Hiking at altitude in Chile.
The sun is slowly setting on the volcanoes, painting them orange against the fading blue of the sky. It’s an endless sky: clear and uncluttered by even the suggestion of a cloud. I take a sip of wine, stretch out my weary legs in the hot tub and vow to remember this view for a long time to come.
I’m in the Atacama Desert in Chile, enjoying a luxurious private hot-tub experience at Tierra Atacama Hotel & Spa, after a 15km high-altitude hike that certainly tested my legs enough to appreciate the warm, healing water of the hot tub, scented with lavender and filled with desert salts.
After feasting on a breakfast of scrambled eggs, the ubiquitous avocado, and hot tea, we had hopped on a bus and begun our hike from the high, remote village of Machuca, set at 4,000m. Following the course of the Machuca River, we spied Andean geese, flamingos, llamas, viscachas (like a large chinchilla), parakeets and finches as we walked down the valley, the sun just beginning to warm the air.
Life in the Atacama is dusty and harsh and, in the areas where the river was still or tumbled over rocks, it had iced up overnight, leaving me to marvel more than once at how the pink flamingos, whom I associate with warmer climes, manage to live in this place, heads constantly in the water, filtering for brine shrimp.
We stopped to rest three times during the five-hour hike, to drink water, remove layers and eat nuts and fruit carried for us by guides JP and Paula. They checked constantly whether I or my hiking companions Mike and Steve were feeling the effects of altitude but, unlike climbing a mountain at 4,000m, I felt no shortage of breath, just faintly irritated by how static my hair had become in the dry desert air!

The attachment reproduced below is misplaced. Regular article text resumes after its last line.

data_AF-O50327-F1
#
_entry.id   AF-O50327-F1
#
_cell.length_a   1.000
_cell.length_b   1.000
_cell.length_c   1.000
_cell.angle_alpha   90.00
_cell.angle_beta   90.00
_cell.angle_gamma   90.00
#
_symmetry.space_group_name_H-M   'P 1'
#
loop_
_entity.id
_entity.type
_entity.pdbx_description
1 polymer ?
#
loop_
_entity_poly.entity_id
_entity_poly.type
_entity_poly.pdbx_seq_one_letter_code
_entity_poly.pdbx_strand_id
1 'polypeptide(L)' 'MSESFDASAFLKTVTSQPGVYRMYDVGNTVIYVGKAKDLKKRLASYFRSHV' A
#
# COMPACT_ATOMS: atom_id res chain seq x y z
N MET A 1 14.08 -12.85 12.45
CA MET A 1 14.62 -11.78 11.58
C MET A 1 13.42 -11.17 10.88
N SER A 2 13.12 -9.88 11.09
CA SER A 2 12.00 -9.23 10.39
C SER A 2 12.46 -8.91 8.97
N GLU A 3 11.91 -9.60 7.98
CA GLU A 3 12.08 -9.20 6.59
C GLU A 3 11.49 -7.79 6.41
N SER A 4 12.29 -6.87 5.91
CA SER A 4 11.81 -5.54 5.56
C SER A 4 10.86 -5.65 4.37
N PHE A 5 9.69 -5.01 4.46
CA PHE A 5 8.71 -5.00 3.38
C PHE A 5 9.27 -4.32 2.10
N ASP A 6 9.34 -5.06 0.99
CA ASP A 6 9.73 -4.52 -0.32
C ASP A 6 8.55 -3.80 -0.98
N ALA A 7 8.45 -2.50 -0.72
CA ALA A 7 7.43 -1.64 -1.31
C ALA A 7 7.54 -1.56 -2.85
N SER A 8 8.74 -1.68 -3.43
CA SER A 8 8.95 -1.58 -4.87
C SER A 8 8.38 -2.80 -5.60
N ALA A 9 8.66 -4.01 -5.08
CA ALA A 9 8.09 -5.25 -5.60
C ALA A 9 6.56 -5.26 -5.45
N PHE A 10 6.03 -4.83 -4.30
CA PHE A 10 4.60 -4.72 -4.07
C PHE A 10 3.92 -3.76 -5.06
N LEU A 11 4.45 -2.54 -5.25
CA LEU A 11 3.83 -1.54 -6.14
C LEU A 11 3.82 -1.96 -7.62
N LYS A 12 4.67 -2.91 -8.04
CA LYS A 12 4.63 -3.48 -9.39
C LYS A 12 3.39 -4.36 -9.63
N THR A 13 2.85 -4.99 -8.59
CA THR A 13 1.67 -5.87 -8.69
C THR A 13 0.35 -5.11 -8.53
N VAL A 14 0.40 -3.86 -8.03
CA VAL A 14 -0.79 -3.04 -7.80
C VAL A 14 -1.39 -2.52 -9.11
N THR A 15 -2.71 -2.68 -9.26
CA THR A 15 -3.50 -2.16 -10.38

As we moved down to a lower altitude, we started to see cacti growing on the sides of the canyon and passed the deserted village of Peñaliri, one of many in Chile. People have left these small, mountain villages for the big city where there is more plentiful water and employment, and life is less harsh.
Finally, as my feet began to tire, we caught the welcome sight of Tierra Atacama’s shining red transporter with its driver, Emma — who had grown up in Peñaliri — laying out a picnic lunch and camping chairs on which we could rest after the morning’s exertions.
The Machuca to Río Grande hike is one of a dozen excursions offered by this gorgeous hotel set in the desert at 2,400m, just outside the village of San Pedro de Atacama. The moment you’re enveloped by the hotel’s cool, organic interior, one of the two head guides — Mike or Max — sits down with you to discuss which adventures you’d like to do during your stay. There’s no requirement for guests to do anything more than enjoy the good (and rather plentiful) food, luxuriate in the spa or sit in their room enjoying the view, but faced with a list of wonderful-sounding excursions, your time here suddenly looks too short.
Choose from visiting the iconic Atacama salt flats and Chaxa Lagoon to learn about the flamingos and ecosystem — as I did with a fantastic guide, Juan, who used to lead scientific trips in the High Andes before settling in San Pedro with his wife and family — or stargazing in the desert, where the lack of light pollution offers spectacular views of the night sky.